Cousins gives Kings big lift over Jazz
Saturday , March 31, 2012 - 3:38 PM
SALT LAKE CITY — Being seen as the bad guy is nothing new for Kings center DeMarcus Cousins.
And following last week’s game in which Cousins referred to Utah Jazz guard Devin Harris as "the kid" after Harris stared down Cousins in the first quarter in Sacramento, a large part of the sellout crowd at EnergySolutions Arena took pleasure in booing and heckling Cousins on Friday night.
When the game was over, they had even more reason not to like Cousins.
Cousins’ free throw with 3.8 seconds left in the game was the difference in the Kings’ 104-103 win over the Jazz.
Cousins followed up on the solid statistics he’s put up of late with his sixth consecutive 20-point game and fifth consecutive double-double with 27 points, 14 rebounds, three steals and two blocked shots.
Cousins said "Utah was definitely on my back" but relished the treatment.
"I love it," Cousins said. "Especially when I can knock down the game-winning free throw and they just sit there."
Aside from another good outing statistically, Cousins left the game with stitches under his left eyebrow after he said Utah forward Gordon Hayward caught him with an elbow.
That was also insignificant to Cousins. What mattered most was the Kings ending a four-game losing streak that included many mistakes late in games. It was Sacramento’s fifth road win of the season in 27 games. It also ended a four-game losing streak at Utah.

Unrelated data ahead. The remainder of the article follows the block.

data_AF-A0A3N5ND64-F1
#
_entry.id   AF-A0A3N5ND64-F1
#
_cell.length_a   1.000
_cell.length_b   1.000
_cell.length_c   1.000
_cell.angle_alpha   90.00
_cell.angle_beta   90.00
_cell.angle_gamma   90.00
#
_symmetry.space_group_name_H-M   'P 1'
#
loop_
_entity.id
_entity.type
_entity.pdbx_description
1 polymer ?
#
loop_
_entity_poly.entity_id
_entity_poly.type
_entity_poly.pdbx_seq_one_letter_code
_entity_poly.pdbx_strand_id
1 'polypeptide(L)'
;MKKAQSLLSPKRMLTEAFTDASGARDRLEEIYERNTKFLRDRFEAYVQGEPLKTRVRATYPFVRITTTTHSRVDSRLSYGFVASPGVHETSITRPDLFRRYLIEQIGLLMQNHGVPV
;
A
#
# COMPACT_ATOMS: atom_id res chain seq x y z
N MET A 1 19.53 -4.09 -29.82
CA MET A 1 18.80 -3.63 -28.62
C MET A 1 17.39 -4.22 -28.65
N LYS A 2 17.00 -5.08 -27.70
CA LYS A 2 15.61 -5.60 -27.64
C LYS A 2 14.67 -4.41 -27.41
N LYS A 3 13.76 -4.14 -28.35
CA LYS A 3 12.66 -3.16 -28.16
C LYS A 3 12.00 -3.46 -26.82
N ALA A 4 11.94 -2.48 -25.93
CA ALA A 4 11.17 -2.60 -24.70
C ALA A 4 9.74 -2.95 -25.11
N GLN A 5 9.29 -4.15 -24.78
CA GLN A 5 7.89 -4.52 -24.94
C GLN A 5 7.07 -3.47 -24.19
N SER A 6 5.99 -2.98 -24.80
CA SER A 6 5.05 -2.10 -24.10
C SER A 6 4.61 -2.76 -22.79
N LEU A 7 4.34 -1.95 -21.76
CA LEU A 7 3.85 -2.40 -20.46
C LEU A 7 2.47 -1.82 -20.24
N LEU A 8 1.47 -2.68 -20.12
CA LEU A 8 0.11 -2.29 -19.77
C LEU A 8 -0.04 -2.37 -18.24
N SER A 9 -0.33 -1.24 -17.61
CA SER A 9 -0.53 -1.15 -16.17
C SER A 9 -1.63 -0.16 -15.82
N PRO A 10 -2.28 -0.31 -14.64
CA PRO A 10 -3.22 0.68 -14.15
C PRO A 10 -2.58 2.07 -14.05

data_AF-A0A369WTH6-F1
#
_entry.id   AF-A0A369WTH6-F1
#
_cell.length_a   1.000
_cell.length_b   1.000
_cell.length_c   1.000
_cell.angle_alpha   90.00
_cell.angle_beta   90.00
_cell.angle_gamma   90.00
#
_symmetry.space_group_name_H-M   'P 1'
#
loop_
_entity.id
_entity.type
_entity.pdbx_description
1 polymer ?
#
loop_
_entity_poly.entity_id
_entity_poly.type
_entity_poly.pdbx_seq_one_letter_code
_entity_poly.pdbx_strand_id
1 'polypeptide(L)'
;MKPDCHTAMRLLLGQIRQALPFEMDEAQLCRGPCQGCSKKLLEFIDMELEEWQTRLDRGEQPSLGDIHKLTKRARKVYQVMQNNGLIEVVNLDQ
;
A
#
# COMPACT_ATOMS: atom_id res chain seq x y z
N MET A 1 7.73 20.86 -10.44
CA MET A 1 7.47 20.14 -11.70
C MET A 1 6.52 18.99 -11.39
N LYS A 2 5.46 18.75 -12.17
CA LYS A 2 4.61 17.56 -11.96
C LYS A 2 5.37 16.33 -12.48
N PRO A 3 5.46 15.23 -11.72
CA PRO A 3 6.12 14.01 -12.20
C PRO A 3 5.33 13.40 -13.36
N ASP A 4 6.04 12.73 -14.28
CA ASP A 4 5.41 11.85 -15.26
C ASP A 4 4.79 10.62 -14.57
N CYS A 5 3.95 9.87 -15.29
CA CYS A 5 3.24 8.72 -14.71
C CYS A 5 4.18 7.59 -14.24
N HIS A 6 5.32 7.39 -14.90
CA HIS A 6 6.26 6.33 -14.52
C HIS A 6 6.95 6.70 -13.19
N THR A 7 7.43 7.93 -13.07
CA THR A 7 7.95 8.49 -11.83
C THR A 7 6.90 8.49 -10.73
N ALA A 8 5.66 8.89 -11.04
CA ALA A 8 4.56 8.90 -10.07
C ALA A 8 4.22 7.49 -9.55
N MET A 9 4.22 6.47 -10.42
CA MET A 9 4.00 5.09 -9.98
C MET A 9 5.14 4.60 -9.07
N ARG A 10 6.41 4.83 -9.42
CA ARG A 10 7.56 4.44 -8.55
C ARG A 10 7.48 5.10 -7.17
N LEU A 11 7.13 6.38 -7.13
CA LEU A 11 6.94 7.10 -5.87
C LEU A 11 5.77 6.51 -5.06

This time, the Kings made the plays they needed down the stretch. Hayward missed a short shot with 1.4 seconds to play, and the Jazz made a putback after the buzzer.
Kings coach Keith Smart said the Kings had lost 11 games this season in the final two minutes or so by making mistakes.
This time, the Kings executed late by finding Cousins.
"We found the right player to make the right pass," Smart said. "... We did the right things at the right time through the course of the game."
Smart said Cousins’ teammates were essential in keeping him in the game amid the hostile environment and physical play by the Jazz (27-25).
"I prefer a guy with fire," Smart said. "We don’t want guys that you’ve got to pump up and put air in them and make them play hard and play with passion. (Cousins) is going to grow out of that and know how to manage."
When the game was over, Cousins saluted some of the fans that stuck around to boo him some more with a smile and by pointing at his stitches.
For a player who is supposed to be too much to handle emotionally, Cousins impressed his teammates.
"He didn’t say too much," said guard Isaiah Thomas. "When he got some and-ones, he looked at the crowd here and there, but his mind was focused on winning, and we need that from him, and he did a great job."
The Kings needed that as they were down two players. Tyreke Evans did not play because of back spasms. It was the third game Evans has missed this season. The Kings (18-33) also won the previous two games Evans missed.
Travis Outlaw started in place of Evans because John Salmons, who didn’t travel to Utah, missed his second consecutive game with a sore right hip. Outlaw’s last start was April 5, 2011, while he was still playing for the New Jersey Nets.
Marcus Thornton had 26 points for the Kings. Thomas added 19 points and six assists.
The Kings blocked a season-high 10 shots.
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